She believes women face less discrimination now than they did then, a view shared by about 7 in 10 Americans, according to the poll. That compares with about 2 in 10 who think things are the same and roughly 1 in 10 who feel women face more discrimination today.
Still, Wiener hopes the ERA is finally adopted.
"Sometimes, when things are really written in stone, it makes people think a little bit harder about doing certain things. It gives it more teeth," she said.
The poll shows nearly half of Americans, 46 percent, share Hirashima's view that women have a tougher time getting high-paying jobs. Among those who disagree is Gerald Havens, of Springfield, Missouri, who called the ERA "an outdated amendment." The 56-year-old retired postal service employee believes the women in his family — including his wife, a daughter in banking, and his sister and niece — have earned the same as men in their fields.
"I think society has moved on from when it was introduced in the 1970s," said Havens, a Republican.
About half of Americans think ratifying the ERA would have a positive impact on the country, though about 4 in 10 feel it wouldn't make much of a difference and about 1 in 10 say it would be harmful. Nearly two-thirds think its impact on women would be positive; about 2 in 10 feel it would negatively affect men.
Even if added to the Constitution, the ERA would not on its own bar workplace discrimination. Still, the poll found that women are more likely than men to think the impact on the country — and on them personally — will be positive.
"We'd feel more equal," said Fraley, a Democrat, who said she has experienced employment discrimination in the construction field. "Some men just think that women can't do what (we know) they can do. So if a woman goes and does their job, it's like you're messing with their ego."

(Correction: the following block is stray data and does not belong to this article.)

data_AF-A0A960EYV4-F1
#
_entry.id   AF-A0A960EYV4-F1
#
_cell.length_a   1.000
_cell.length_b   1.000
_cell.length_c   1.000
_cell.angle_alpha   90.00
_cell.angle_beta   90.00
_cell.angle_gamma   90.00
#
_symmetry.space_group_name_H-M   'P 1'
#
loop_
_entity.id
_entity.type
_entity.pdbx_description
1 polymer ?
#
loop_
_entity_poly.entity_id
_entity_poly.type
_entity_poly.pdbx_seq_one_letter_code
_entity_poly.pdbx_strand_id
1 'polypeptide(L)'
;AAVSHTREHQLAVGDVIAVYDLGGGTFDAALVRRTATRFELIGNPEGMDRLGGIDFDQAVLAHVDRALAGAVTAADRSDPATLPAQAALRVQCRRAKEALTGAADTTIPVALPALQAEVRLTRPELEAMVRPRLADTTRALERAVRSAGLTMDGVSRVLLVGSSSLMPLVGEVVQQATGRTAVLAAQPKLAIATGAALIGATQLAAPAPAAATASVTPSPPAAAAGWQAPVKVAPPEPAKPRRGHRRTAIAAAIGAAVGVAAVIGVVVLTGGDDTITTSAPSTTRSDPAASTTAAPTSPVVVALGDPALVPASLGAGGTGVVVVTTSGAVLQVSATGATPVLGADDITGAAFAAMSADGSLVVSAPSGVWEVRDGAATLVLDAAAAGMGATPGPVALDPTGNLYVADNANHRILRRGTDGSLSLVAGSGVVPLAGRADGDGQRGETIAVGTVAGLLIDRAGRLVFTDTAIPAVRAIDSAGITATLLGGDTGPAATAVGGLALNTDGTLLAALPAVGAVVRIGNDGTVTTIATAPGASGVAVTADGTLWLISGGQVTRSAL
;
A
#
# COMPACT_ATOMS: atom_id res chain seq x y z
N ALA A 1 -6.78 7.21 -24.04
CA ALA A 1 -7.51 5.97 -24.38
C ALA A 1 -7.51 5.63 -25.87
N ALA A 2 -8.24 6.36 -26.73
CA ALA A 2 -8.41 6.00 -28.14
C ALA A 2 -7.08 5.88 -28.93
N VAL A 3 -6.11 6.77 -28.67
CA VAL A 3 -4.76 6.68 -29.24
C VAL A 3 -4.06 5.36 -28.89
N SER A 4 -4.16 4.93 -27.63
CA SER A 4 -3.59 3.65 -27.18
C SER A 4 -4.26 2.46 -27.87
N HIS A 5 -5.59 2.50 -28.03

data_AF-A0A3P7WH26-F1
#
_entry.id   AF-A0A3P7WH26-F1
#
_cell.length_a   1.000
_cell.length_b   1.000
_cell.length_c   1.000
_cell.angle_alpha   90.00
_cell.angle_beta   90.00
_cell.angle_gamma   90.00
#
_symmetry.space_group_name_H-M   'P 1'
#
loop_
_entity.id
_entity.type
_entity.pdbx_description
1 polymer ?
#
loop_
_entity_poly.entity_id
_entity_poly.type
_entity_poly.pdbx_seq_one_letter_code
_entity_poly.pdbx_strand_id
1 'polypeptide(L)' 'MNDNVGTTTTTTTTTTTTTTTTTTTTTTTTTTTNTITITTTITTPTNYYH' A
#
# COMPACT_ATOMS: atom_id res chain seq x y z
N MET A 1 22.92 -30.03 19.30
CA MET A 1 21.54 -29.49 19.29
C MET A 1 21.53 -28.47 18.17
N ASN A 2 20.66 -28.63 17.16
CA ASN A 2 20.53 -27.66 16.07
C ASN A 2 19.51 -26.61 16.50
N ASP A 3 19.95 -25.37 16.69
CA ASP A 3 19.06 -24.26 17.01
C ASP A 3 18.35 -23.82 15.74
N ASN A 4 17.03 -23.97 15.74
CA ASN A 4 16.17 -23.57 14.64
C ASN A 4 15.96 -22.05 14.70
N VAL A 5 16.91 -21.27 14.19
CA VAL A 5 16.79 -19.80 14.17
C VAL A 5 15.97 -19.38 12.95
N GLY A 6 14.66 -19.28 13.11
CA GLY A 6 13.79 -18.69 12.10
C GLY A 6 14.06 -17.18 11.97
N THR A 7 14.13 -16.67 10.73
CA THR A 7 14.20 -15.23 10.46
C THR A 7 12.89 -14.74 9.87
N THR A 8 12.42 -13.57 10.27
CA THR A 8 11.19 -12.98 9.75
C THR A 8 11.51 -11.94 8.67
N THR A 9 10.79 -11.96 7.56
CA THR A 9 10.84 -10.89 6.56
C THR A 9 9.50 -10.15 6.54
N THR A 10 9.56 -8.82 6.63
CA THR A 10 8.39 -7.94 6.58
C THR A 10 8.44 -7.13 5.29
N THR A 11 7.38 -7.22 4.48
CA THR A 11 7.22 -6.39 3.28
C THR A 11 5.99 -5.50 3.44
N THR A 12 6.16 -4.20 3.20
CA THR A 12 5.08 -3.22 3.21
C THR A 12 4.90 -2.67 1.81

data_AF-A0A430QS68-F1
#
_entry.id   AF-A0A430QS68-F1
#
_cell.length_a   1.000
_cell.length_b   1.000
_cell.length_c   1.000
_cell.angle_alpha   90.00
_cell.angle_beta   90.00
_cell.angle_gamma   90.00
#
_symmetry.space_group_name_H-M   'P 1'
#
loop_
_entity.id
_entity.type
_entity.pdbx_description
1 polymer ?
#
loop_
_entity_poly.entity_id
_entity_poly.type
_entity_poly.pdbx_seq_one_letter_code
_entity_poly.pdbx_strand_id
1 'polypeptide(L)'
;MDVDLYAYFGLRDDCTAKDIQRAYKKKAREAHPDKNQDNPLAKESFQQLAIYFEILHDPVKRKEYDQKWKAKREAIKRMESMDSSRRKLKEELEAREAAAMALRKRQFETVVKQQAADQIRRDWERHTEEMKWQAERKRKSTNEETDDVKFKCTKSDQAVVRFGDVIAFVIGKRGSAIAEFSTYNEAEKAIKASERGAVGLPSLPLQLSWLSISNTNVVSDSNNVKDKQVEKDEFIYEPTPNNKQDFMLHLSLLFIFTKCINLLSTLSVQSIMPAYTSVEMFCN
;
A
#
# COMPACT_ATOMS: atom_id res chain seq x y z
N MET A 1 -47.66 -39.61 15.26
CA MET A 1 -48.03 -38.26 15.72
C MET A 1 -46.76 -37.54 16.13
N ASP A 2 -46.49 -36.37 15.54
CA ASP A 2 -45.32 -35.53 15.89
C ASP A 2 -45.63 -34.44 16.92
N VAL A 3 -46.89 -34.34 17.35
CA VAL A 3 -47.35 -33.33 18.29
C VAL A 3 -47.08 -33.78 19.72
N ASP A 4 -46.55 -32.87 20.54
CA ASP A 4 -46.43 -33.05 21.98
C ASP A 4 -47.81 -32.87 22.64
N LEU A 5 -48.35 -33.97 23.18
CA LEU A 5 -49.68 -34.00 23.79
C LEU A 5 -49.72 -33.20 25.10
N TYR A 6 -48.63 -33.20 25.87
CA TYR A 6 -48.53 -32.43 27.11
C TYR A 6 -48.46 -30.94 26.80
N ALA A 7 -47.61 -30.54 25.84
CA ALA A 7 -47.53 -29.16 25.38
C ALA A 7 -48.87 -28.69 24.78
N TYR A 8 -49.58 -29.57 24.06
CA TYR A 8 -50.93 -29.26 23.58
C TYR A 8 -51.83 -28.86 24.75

In terms of careers in politics, nearly 4 in 10 said they think women have fewer opportunities than men, while about as many say it's a level playing field. About a quarter think women today have more political opportunities.
"I think if a lot of women and minority women got out there and voted, we could have a woman president. Who would have thought Barack Obama would be elected president?" said Kathleen Wolfe, 73, of York, Pennsylvania, whose work for the Mattel Co. included interviewing consumers about the company's iconic Barbie dolls, the subject of frequent feminist attacks – and some praise — over the years.
Hirashima, a moderate Democrat, thought that for sure Hillary Clinton would win the 2016 presidential election. Then she heard someone on TV say he would never vote for a woman — and sensed the race was over.
"Other countries have a female leader and are successful," she said. "I don't see why we can't be that forward thinking, but I don't think our country as a whole is ready for that."
The AP-NORC poll of 1,353 adults was conducted Jan. 16-21 using a sample drawn from NORC's probability-based AmeriSpeak Panel, which is designed to be representative of the U.S. population. The margin of sampling error for all respondents is plus or minus 3.6 percentage points. Respondents were first selected randomly using address-based sampling methods and later were interviewed online or by phone.